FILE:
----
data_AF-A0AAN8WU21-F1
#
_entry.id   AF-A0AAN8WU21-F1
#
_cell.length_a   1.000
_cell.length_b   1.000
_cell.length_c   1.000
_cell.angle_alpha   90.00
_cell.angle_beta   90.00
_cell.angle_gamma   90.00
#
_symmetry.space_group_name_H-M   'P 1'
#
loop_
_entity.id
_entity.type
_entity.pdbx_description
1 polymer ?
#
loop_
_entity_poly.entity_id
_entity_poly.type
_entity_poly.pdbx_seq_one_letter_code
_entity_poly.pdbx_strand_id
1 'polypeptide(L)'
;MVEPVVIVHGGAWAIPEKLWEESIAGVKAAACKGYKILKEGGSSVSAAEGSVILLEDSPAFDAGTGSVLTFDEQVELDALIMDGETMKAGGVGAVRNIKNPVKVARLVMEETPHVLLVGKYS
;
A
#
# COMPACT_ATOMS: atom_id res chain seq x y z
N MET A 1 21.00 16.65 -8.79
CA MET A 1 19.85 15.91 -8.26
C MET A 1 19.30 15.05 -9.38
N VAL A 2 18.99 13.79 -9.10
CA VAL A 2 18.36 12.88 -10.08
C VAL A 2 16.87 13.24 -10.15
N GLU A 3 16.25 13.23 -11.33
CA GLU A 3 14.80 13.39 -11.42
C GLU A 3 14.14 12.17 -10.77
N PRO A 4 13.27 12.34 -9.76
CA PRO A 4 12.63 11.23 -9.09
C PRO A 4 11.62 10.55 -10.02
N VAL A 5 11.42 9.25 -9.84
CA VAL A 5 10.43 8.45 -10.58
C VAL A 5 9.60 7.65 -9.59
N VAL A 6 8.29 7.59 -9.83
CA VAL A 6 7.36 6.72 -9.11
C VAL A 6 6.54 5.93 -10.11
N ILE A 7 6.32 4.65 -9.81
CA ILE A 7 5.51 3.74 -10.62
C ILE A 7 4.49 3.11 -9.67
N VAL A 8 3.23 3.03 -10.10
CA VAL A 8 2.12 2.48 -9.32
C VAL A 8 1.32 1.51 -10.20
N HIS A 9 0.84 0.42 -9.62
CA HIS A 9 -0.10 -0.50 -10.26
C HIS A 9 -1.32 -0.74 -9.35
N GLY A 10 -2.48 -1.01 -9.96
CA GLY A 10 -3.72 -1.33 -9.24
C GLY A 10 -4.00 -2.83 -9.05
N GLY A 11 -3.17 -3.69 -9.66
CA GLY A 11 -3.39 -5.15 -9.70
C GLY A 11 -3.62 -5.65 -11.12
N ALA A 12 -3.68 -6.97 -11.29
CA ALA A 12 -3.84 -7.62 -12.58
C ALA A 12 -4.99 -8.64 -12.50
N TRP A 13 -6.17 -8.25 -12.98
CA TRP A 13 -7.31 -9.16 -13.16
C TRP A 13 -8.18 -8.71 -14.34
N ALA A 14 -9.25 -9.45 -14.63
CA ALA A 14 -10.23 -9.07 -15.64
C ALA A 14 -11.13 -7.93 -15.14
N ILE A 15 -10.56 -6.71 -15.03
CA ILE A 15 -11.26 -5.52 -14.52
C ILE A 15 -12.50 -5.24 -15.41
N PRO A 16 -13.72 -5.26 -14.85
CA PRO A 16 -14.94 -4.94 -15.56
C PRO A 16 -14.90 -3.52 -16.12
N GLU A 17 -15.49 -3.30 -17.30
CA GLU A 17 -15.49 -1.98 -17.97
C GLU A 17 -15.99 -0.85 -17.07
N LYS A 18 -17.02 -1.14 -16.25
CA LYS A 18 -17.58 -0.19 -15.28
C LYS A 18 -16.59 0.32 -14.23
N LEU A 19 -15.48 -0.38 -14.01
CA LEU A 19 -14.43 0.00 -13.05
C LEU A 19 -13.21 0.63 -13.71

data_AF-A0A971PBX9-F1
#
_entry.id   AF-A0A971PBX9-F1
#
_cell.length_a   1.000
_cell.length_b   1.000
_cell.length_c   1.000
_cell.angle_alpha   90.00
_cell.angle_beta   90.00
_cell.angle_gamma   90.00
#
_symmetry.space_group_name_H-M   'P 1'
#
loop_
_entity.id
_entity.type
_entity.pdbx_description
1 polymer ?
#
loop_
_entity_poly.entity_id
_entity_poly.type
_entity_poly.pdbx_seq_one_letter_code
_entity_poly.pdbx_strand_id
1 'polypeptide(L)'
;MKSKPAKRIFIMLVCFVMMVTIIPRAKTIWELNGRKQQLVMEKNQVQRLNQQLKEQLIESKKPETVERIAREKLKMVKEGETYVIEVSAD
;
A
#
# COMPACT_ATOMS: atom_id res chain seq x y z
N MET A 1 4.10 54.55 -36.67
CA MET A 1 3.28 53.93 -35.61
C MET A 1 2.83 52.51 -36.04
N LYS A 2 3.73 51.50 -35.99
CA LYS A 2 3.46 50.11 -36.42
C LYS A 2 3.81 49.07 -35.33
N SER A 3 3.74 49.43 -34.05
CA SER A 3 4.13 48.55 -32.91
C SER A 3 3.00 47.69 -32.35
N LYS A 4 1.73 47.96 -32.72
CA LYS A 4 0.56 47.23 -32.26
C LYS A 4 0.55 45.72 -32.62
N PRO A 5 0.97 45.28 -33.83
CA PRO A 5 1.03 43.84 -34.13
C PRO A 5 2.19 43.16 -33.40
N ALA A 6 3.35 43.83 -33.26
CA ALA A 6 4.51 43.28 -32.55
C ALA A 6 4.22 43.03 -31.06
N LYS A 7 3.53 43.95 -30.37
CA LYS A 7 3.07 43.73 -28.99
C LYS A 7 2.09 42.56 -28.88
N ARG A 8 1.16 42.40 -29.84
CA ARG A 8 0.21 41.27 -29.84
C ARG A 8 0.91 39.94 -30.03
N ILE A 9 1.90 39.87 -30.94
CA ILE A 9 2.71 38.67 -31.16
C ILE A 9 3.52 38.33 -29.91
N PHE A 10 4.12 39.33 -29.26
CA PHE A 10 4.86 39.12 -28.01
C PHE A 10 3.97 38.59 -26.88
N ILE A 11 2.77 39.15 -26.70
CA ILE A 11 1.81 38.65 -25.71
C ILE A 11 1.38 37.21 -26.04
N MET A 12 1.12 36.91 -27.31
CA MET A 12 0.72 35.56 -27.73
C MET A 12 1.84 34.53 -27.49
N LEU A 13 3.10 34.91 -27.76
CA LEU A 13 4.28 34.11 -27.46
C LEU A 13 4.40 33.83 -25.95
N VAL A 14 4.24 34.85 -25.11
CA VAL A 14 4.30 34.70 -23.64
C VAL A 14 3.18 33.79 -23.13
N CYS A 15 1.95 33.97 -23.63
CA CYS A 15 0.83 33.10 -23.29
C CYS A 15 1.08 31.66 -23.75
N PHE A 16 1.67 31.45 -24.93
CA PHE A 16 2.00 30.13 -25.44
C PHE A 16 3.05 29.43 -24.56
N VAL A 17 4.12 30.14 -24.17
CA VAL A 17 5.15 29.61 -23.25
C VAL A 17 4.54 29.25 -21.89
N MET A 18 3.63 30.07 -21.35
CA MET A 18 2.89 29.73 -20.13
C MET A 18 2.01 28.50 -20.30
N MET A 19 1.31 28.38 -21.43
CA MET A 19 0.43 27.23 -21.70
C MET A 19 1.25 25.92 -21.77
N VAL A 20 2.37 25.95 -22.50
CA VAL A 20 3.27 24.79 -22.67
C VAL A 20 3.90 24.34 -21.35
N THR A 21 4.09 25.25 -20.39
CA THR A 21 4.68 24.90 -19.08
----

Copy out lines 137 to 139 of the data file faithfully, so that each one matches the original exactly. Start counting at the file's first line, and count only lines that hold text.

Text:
CA LYS A 7 3.07 43.73 -28.99
C LYS A 7 2.09 42.56 -28.88
N ARG A 8 1.16 42.40 -29.84